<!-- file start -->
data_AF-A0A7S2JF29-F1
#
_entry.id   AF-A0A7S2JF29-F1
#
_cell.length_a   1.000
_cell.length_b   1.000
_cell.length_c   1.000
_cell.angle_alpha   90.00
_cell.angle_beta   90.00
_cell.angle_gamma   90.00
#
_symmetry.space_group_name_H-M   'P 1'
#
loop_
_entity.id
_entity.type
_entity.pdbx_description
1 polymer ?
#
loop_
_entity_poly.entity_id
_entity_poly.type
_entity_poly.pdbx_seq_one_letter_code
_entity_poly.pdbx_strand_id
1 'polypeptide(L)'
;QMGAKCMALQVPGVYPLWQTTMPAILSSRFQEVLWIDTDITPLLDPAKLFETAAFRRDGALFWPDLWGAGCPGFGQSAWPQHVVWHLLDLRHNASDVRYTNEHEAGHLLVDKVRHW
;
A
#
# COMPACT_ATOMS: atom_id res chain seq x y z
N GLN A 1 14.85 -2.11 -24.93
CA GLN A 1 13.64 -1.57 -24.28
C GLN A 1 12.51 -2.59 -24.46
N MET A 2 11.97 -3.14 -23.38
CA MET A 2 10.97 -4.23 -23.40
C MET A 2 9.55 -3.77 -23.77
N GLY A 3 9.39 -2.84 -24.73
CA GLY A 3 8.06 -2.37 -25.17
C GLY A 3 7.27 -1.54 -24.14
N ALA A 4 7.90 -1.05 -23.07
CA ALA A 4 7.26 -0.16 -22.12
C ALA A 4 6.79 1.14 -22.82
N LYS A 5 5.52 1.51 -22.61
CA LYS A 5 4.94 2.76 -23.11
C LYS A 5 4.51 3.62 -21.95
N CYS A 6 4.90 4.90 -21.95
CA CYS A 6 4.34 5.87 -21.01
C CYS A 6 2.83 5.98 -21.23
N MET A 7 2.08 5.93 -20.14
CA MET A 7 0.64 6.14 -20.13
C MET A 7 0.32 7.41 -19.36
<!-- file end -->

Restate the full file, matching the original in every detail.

data_AF-A0A7S2JF29-F1
#
_entry.id   AF-A0A7S2JF29-F1
#
_cell.length_a   1.000
_cell.length_b   1.000
_cell.length_c   1.000
_cell.angle_alpha   90.00
_cell.angle_beta   90.00
_cell.angle_gamma   90.00
#
_symmetry.space_group_name_H-M   'P 1'
#
loop_
_entity.id
_entity.type
_entity.pdbx_description
1 polymer ?
#
loop_
_entity_poly.entity_id
_entity_poly.type
_entity_poly.pdbx_seq_one_letter_code
_entity_poly.pdbx_strand_id
1 'polypeptide(L)'
;QMGAKCMALQVPGVYPLWQTTMPAILSSRFQEVLWIDTDITPLLDPAKLFETAAFRRDGALFWPDLWGAGCPGFGQSAWPQHVVWHLLDLRHNASDVRYTNEHEAGHLLVDKVRHW
;
A
#
# COMPACT_ATOMS: atom_id res chain seq x y z
N GLN A 1 14.85 -2.11 -24.93
CA GLN A 1 13.64 -1.57 -24.28
C GLN A 1 12.51 -2.59 -24.46
N MET A 2 11.97 -3.14 -23.38
CA MET A 2 10.97 -4.23 -23.40
C MET A 2 9.55 -3.77 -23.77
N GLY A 3 9.39 -2.84 -24.73
CA GLY A 3 8.06 -2.37 -25.17
C GLY A 3 7.27 -1.54 -24.14
N ALA A 4 7.90 -1.05 -23.07
CA ALA A 4 7.26 -0.16 -22.12
C ALA A 4 6.79 1.14 -22.82
N LYS A 5 5.52 1.51 -22.61
CA LYS A 5 4.94 2.76 -23.11
C LYS A 5 4.51 3.62 -21.95
N CYS A 6 4.90 4.90 -21.95
CA CYS A 6 4.34 5.87 -21.01
C CYS A 6 2.83 5.98 -21.23
N MET A 7 2.08 5.93 -20.14
CA MET A 7 0.64 6.14 -20.13
C MET A 7 0.32 7.41 -19.36